Now president of DB Projekt Bauof Germany, Bay was for three years until earlier this year chief executive of Lahmeyer Internationaland for 20 years before that an executive with Fichtner. In this period, he worked extensively in the Middle East.

Bay said that 19 Middle East countries needed to install 105,000 MW of additional capacity in the next 10 years and this would require $100,000 million-worth of investment. ‘The question is how do we manage this huge financial task?’ Bay asked.

Bay said that in practice power privatisation had produced the perverse result that the output of new independent power projects (IPPs) was being subsidised by older state-owned power stations in some developing countries. He also railed against those arguing against the use of subsidy in the power sector. ‘The people who are against subsidy have to answer the question how can energy be made affordable to poor people?’ he said. ‘Subsidy is part of the system of almost every country. I don’t know one energy market where there is not a system of subsidy.’ In a question-and-answer session, he accused the World Bank of behaving ‘ideologically’ and forcing privatisation on poor countries too weak to resist the bank’s approach as richer countries like Saudi Arabia had been able to do.

Bay said that the electricity had to be profitable, but there was more than one route to this objective. ‘ If you ask DEWA [Dubai Electricity & Water Authority] why don’t you go for private finance, they will answer that export credit funds are two-four points more expensive than their own finance through government bonds,’ he said. The DEWA approach contrasts with that adopted by the Abu Dhabi Water & Electricity Authority (ADWEA) which has led the way in encouraging private investment in power.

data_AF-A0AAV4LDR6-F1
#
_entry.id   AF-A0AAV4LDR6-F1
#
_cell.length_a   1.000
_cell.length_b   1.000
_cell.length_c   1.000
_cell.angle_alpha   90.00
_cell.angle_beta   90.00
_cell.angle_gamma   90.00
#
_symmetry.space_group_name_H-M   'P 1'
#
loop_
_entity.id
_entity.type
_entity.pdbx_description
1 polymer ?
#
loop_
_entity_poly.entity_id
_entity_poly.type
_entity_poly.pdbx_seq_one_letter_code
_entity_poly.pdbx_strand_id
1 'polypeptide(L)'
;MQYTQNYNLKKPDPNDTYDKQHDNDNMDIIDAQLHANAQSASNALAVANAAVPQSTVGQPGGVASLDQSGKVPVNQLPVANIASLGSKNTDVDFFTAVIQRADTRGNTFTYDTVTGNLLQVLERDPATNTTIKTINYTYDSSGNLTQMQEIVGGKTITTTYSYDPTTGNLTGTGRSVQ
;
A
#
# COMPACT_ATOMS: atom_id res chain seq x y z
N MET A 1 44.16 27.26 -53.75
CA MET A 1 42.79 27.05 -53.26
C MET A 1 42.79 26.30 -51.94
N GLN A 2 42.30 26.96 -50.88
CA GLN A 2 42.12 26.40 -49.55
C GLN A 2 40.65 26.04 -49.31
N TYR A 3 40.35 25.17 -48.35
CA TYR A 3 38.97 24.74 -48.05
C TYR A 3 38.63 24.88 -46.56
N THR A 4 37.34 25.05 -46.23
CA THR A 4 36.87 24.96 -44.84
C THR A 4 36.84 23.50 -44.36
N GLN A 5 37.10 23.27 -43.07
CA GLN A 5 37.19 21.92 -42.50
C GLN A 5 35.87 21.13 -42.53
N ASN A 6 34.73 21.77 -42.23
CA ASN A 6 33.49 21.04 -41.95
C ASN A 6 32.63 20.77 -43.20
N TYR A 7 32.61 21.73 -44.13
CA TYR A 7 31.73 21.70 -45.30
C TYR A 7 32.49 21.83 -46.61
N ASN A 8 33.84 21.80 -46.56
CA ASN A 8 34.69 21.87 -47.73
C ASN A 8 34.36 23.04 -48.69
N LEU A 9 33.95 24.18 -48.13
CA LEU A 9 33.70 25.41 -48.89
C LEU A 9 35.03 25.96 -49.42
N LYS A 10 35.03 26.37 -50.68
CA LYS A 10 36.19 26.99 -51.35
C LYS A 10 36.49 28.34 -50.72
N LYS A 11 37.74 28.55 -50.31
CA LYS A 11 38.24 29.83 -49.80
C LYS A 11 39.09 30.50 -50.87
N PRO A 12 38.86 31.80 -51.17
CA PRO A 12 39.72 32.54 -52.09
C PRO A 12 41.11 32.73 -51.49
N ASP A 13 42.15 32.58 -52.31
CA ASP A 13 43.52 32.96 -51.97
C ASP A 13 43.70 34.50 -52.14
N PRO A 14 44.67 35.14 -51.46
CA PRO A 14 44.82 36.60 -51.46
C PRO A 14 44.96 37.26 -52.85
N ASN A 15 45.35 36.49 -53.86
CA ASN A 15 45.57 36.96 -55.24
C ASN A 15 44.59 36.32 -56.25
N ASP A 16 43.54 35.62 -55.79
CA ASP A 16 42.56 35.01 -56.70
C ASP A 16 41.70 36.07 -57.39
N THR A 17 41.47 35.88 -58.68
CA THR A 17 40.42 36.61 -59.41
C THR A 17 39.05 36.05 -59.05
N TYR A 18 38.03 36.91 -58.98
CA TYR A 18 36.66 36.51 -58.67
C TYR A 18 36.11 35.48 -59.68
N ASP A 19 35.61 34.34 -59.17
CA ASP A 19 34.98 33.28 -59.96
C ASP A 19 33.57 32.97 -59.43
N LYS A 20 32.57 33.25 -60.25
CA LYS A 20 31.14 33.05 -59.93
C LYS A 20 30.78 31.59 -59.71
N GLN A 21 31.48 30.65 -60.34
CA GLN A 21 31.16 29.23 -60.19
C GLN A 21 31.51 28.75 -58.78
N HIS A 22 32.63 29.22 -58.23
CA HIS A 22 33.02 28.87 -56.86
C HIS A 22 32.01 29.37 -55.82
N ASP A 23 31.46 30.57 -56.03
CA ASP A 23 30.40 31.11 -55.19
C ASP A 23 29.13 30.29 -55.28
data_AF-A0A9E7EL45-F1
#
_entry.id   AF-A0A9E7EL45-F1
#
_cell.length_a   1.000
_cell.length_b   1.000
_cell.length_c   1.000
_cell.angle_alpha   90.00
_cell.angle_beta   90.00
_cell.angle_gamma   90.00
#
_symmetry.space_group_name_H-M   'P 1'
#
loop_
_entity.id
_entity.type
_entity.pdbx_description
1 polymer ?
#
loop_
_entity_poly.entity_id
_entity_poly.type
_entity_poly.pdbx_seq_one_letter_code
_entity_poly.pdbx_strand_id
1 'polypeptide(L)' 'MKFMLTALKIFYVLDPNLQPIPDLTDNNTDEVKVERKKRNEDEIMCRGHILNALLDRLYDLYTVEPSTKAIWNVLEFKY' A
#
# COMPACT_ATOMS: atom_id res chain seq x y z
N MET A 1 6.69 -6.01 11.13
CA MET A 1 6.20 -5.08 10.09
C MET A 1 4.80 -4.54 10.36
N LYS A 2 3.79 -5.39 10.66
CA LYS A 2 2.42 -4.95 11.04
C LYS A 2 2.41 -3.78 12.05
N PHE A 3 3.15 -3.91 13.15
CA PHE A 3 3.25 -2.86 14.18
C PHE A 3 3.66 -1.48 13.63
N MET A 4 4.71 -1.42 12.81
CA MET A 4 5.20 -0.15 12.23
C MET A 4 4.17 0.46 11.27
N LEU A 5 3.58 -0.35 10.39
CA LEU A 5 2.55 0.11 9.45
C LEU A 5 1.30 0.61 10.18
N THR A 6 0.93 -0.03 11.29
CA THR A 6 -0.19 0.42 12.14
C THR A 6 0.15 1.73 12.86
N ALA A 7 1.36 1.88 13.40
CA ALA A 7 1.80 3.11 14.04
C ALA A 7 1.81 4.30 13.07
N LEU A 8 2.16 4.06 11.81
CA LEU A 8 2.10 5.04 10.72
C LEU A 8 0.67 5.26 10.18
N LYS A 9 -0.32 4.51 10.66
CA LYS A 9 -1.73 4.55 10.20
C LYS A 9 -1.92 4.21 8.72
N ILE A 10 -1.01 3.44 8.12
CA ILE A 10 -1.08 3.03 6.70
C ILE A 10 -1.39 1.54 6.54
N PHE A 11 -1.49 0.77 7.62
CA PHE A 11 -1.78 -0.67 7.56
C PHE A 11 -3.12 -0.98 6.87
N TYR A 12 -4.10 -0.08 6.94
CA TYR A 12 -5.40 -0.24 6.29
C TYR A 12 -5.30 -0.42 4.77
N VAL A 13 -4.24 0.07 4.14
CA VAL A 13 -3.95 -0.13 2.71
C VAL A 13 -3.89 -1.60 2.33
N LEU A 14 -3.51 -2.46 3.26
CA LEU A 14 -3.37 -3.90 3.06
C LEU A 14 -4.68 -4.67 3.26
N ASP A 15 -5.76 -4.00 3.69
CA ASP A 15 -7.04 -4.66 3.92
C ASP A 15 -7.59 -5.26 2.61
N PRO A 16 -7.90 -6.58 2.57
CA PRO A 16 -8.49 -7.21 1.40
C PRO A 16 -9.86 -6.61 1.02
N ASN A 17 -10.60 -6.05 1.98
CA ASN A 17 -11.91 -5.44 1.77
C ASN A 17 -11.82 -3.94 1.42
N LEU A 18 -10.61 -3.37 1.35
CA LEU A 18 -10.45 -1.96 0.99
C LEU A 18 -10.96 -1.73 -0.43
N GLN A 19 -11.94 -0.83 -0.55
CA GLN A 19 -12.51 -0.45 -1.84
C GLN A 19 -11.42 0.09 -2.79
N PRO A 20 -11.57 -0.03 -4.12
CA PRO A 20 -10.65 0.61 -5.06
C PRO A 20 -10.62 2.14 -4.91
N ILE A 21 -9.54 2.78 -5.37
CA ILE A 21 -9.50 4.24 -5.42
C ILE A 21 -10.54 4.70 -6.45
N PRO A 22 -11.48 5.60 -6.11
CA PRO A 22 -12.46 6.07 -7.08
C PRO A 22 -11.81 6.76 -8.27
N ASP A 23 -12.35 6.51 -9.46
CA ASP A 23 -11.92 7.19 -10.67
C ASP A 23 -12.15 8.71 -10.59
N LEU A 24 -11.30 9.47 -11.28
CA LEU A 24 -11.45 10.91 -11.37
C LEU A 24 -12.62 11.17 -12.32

‘There is a spectrum of reasons why some have made progress, why some have not made progress and why countries like Saudi Arabia have adopted a wait-and-see approach,’ Bay said. ‘The one who has gone first with privatisation is not necessarily the one who has done best.’ Bay cited the case of Pakistan which he said was forced to privatise power by the World Bank with disastrous consequences.

Bay said there is a need for transparency in the power privatisation process. He also noted there was a return to turnkey approaches to construction and carrying out projects on an engineering, procurement and construction (EPC) basis. Bay argued that power planning is a government business and this meant the transmission system had to be dealt with in a special way. Government guarantees were also important in making IPPs successful.

‘There is no single recipe for success in developing the power sector,’ Bay concluded. ‘Every country has different options. For this reason, you are seeing different speeds and different structures across the region. And we can see we are returning to the roots of our business. The contractor builds plants, the operator operates facilities. The government does best by setting the structure and organising the rules.’